It’s late Wednesday afternoon and Dave Gramling is sitting alone in his Grain Valley barber shop, reading “The Life Teachings of Christ.”


While the popular barber is enjoying the book, he would rather be cutting hair, but his business has taken a noticeable nosedive because the threat of COVID-19 is keeping many of his patrons at home.


“This is what I deal with most of the day,” Gramling said, as he turned the page of his book.


After Gramling returned from lunch Wednesday, he had three customers awaiting their turn in the chair.


“I’m not worried,” said 63-year-old Steve Rinehart, a resident of Grain Valley. “If it’s my time, it’s my time – and I’m not talking about my time in Dave’s barber chair.”


“I’ve had two knee replacements, I’m an old man and I’m not going to let this virus keep me away from doing the things that are important to me.”


As Gramling finishes another customer, his son Kyle enters the shop with alarming news.


“Dad, they have shut down all non-essential businesses in Dallas,” Kyle said, with a touch of alarm in his voice. “Hope that doesn’t happen here.”


Gremling said, “They have already done that in Vegas with all the barber shops and salons. I’m sure it will happen here; I just hope it takes a while before they make that decision.”


Dave Gramling is Dave’s Barber Shop. It’s a one-chair business, and if Gramling isn’t there, the doors aren’t open.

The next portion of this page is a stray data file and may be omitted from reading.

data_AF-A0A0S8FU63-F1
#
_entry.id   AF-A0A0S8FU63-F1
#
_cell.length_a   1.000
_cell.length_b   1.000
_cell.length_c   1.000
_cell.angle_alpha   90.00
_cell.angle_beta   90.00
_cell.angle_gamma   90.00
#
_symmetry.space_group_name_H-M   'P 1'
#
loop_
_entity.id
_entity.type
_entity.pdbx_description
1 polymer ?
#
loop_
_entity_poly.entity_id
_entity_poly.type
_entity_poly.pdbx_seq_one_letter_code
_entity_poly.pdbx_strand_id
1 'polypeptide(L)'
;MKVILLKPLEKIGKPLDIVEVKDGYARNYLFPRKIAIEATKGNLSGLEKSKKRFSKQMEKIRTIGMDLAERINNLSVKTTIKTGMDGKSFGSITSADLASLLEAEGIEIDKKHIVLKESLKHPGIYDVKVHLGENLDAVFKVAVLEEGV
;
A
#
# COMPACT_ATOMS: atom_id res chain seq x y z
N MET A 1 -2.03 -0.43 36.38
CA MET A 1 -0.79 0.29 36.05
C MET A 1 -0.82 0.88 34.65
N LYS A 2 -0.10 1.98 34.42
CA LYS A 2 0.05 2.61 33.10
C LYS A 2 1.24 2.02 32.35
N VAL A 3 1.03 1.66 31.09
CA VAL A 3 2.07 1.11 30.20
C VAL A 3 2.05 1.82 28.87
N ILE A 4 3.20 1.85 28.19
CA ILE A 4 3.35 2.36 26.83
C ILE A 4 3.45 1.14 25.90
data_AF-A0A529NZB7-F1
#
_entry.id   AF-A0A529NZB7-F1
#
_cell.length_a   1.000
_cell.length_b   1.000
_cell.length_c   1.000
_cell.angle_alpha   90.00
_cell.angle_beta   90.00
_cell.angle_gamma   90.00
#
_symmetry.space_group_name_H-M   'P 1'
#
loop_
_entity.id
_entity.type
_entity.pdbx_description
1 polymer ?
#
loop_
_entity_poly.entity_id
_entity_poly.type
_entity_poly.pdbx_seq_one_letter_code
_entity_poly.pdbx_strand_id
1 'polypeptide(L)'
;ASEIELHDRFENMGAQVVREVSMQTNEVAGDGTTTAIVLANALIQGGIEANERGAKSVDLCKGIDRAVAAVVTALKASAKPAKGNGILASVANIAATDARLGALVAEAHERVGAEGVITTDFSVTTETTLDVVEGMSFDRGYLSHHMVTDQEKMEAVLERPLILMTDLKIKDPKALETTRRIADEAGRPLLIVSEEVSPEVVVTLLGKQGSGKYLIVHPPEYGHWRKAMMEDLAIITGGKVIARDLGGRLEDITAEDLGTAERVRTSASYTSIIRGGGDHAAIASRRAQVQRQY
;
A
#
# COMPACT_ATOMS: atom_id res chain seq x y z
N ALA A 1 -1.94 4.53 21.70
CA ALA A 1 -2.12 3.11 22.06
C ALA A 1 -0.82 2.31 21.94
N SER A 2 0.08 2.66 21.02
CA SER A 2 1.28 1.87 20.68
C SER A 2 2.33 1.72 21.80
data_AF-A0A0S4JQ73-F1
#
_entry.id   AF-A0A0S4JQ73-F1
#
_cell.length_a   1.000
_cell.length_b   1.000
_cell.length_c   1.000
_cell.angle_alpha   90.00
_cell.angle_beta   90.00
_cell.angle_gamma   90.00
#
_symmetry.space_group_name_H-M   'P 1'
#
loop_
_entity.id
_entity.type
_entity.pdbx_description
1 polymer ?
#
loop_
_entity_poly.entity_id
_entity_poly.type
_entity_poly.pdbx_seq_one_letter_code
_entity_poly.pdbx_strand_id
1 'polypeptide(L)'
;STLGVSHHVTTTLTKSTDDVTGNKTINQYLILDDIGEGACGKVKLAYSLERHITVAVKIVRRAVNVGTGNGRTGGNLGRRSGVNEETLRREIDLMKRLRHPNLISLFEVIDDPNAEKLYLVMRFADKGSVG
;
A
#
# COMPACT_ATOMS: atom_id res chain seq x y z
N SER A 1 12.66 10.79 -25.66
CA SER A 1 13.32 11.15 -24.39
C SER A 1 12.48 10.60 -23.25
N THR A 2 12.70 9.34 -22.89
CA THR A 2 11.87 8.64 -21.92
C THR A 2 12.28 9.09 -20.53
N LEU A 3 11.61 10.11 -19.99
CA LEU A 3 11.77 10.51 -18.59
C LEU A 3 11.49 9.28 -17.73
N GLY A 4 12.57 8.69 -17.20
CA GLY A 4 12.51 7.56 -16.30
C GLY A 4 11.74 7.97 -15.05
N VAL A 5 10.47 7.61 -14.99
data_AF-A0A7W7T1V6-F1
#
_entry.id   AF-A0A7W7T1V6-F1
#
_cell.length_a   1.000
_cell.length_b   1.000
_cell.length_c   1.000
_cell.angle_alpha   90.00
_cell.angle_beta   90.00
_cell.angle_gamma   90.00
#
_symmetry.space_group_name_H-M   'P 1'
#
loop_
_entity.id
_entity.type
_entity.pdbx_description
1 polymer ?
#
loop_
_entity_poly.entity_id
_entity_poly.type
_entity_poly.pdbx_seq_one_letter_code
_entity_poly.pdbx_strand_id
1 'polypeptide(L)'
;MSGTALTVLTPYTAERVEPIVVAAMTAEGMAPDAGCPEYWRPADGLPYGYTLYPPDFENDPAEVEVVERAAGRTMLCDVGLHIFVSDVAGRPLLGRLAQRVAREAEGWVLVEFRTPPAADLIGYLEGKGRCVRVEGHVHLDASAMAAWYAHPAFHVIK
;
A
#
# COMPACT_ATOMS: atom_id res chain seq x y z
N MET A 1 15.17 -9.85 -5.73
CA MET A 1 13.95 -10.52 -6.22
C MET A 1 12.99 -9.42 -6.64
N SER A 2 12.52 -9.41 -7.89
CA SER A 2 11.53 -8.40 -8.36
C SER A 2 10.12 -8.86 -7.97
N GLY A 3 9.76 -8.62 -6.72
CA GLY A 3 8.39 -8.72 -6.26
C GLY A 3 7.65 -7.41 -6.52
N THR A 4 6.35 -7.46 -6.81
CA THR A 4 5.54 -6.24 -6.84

“I’ve heard they might make some allowances for small businesses like this one,” Gremling said. “If we could get a grace period on rent or utilities, well, that would be nice.”


“I mean, this is all I have, and if they shut my doors I have no income.”


That’s the business side of Gramling talking. The family side is even more concerned as his daughter Gloria is getting married May 16 at Cornerstone Church in Blue Springs, and there are so many variables that go into that endeavor.


“We are lucky that Cornerstone has a streaming service, so if they still limit the number of people attending an event, we can livestream,” Gramling said. “This wedding is going to happen. The government can close my shop, and it can limit the number of people at an event, but my little girl is going to get married on May 16.”


“It may just be a little bit different than we had originally planned.”


Now, the business side of “Barber Dave” returns.


Many of Gramling’s frequent customers are retired men who take wildly different views of the virus.


“I had one ol’ boy come in the other day and he said it’s all a government coverup and they’re working with big pharma, and he thinks it’s a plot,” Gramling said, shaking his head.


“Then I have the regulars, who call and apologize because they don’t want to leave the house. I tell them, ‘Hey, it’s just a haircut. I’ll be here when this is all over.’”


He pauses for a moment, and adds, “Well, at least I hope I’ll be here. We’ve never dealt with anything like this, and we’ll just have to see what happens.”